Upstage, farthest from the user: If the object is placed upstage, it’s difficult for users to see the difference between a very small object and an object that’s sitting far away. It’s useful to encourage exploration and movement, but can create a visually confusing experience.
Center stage: This is the most comfortable viewing range for users. Objects here are optimal for users to interact with.
Note that the positioning of the three stages is relative to the viewing angle of the phone.
Maximum Placement Distance
Guide users as they place objects in the scene.
Help them to avoid placing objects at an uncomfortable distance.
You can set a maximum placement distance for objects. This helps to make sure that users will place objects at a comfortable viewing distance. It also guarantees that the object will stay at a realistic scale as the user continues to move it.
Set a default maximum distance, and don’t let users place an object beyond it.
The destination point is where an object will eventually be placed.
Use visual indicators to guide users as they place objects. Shadows can help indicate the destination point and make it easier for users to understand where an object will be placed on a detected surface.
You can use the surface visualization, or the shadow of the object to indicate the destination point
ARCore lets you drop any virtual object into a real-world space. Objects can be placed either automatically or manually.
It’s possible for the app itself to populate a scene. Once a surface is detected, the app can start placing objects immediately.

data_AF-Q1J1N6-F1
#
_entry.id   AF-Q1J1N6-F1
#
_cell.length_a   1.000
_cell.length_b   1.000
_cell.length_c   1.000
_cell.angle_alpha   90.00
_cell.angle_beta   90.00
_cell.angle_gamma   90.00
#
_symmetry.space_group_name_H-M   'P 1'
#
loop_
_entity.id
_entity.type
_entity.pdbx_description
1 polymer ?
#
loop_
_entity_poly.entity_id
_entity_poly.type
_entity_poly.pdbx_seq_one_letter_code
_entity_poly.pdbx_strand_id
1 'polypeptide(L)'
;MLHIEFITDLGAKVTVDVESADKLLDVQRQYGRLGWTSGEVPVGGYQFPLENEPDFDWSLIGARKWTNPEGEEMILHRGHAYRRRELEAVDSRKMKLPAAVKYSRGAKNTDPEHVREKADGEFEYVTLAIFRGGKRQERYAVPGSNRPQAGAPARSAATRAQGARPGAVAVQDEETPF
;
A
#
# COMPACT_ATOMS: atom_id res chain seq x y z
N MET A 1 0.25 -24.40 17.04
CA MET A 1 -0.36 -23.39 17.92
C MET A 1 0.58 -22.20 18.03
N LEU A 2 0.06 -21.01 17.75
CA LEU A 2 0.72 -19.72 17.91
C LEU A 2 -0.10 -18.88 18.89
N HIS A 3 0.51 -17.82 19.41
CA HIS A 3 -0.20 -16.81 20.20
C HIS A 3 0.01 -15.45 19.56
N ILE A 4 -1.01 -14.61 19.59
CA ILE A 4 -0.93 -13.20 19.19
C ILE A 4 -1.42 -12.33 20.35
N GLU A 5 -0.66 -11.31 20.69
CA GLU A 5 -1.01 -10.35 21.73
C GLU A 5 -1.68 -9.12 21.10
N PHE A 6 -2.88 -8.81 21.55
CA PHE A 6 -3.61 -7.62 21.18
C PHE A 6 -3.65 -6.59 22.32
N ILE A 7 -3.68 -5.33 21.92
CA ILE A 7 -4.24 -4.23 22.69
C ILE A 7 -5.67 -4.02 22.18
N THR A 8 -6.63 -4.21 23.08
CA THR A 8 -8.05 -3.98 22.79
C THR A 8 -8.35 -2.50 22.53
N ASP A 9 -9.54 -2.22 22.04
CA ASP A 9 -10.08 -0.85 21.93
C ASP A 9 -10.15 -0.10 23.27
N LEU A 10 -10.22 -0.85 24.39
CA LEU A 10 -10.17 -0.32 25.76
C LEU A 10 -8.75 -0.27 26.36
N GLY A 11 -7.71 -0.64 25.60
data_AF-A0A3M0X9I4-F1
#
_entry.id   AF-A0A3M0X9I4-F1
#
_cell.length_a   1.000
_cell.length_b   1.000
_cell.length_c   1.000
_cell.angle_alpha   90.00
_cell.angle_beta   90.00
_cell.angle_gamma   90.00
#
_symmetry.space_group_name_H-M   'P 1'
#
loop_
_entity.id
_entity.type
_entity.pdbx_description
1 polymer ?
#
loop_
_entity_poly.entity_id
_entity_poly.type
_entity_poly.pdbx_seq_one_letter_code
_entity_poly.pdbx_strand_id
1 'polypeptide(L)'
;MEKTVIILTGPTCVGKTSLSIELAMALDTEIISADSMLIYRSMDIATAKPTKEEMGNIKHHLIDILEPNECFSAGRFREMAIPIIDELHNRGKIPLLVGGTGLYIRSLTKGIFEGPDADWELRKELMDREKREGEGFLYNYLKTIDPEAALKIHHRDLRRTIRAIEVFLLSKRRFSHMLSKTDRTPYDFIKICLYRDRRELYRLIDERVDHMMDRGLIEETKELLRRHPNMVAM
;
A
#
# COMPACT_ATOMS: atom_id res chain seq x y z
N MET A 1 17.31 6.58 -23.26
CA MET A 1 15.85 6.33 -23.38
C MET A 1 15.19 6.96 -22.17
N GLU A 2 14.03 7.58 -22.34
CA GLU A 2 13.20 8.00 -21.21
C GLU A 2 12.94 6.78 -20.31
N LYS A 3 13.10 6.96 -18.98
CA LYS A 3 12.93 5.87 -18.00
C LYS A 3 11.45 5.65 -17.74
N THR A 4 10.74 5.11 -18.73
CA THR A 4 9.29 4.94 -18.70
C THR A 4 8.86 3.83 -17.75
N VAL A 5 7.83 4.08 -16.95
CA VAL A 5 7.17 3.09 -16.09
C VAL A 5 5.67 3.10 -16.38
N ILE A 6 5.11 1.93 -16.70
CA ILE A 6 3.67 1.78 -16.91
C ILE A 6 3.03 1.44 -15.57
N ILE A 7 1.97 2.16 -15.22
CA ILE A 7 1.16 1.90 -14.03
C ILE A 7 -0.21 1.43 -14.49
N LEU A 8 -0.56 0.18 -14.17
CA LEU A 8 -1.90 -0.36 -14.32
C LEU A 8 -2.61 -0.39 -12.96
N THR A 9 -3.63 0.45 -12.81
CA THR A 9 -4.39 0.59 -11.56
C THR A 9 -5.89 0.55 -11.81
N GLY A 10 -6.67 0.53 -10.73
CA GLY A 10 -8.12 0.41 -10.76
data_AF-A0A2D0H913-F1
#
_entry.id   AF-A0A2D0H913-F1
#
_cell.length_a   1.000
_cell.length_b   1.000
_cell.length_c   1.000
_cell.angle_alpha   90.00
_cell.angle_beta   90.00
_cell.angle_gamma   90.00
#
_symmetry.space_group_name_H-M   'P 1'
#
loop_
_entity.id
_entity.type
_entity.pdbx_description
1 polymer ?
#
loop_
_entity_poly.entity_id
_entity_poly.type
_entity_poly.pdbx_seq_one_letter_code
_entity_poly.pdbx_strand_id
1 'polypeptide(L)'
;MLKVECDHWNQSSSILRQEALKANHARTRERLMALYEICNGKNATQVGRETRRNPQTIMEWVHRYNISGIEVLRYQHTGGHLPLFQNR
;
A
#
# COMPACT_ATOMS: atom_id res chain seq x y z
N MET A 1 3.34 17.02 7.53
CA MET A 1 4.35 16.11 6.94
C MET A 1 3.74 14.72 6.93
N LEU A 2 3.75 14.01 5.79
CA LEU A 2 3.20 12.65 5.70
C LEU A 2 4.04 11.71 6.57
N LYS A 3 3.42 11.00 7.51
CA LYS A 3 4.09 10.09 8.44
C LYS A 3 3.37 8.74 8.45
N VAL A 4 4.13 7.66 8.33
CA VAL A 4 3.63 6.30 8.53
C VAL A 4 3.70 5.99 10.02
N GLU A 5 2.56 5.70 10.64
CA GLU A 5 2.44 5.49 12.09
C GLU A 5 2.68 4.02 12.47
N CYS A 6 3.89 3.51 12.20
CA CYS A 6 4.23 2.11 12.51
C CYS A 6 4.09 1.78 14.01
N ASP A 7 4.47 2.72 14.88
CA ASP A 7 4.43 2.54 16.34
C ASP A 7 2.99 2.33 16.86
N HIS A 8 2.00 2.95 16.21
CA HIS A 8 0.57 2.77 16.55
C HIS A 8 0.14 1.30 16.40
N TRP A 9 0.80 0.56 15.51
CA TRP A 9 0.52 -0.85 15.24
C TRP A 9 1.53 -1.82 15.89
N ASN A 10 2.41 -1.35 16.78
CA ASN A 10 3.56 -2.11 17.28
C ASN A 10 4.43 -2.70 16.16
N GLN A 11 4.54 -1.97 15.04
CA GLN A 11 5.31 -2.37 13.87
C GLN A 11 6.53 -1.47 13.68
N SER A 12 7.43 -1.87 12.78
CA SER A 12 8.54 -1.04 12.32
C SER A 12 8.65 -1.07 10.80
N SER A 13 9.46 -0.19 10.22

Automatic placement works best when:
- A virtual environment is added, without any user input, into the real-world space
- There’s no interaction, or minimal interaction
- It doesn’t matter if objects appear in exactly the right spot
- AR mode is crucial to your experience
- AR mode starts when the experience is launched
Virtual objects populating a scene
Users can manually add virtual objects to a scene and move them around.
Manual placement works best when:
- The experience is fully interactive, such as a jigsaw puzzle
- Object placement needs to be precise, such as a furniture selection app
Tap to place an object
A user can drop a virtual object by tapping a spot anywhere in the scene. Tapping generally feels natural to the user, and works best when:
- The virtual object doesn’t need to be adjusted or resized before it’s placed
- It should be placed quickly
Tapping doesn’t work when multiple objects appear in the scene. When tapped, multiple objects can pile on top of each other.
Drag to place an object
After selecting a virtual object by touching it, users can drag the object into their scene. Many users might not know how to drag. Give clear instructions, and walk them through the process of dragging step by step.
Be sure to tell users how to place an object before they pick it up! Dragging doesn’t work as well when the user is not informed about the placement gesture in advance.
Dragging works best when:
- The object needs to be adjusted or transformed
- The object needs to be dropped precisely in a certain place
When you anchor an object in AR, you lock it firmly in a specific spot. Even when the user moves around, the object remains anchored.
Anchoring is different than simply placing an object in the scene. Ordinary objects can be placed, moved around, and played with. On the other hand, an anchored object will stay locked in place until the user moves it.
Anchors are most useful for pinning objects that the user will keep returning to, such as a menu or a home base. It’s also useful to anchor objects that contain other assets, like game boards.
Anchoring an object doesn’t mean it’s stuck in place forever! You can let the user move the object and re-anchor it if they need to.
Recommended — It’s helpful to anchor objects that contain other assets, like a chess board
Not recommended — There's no need to anchor static objects that stay in the same spot through the whole experience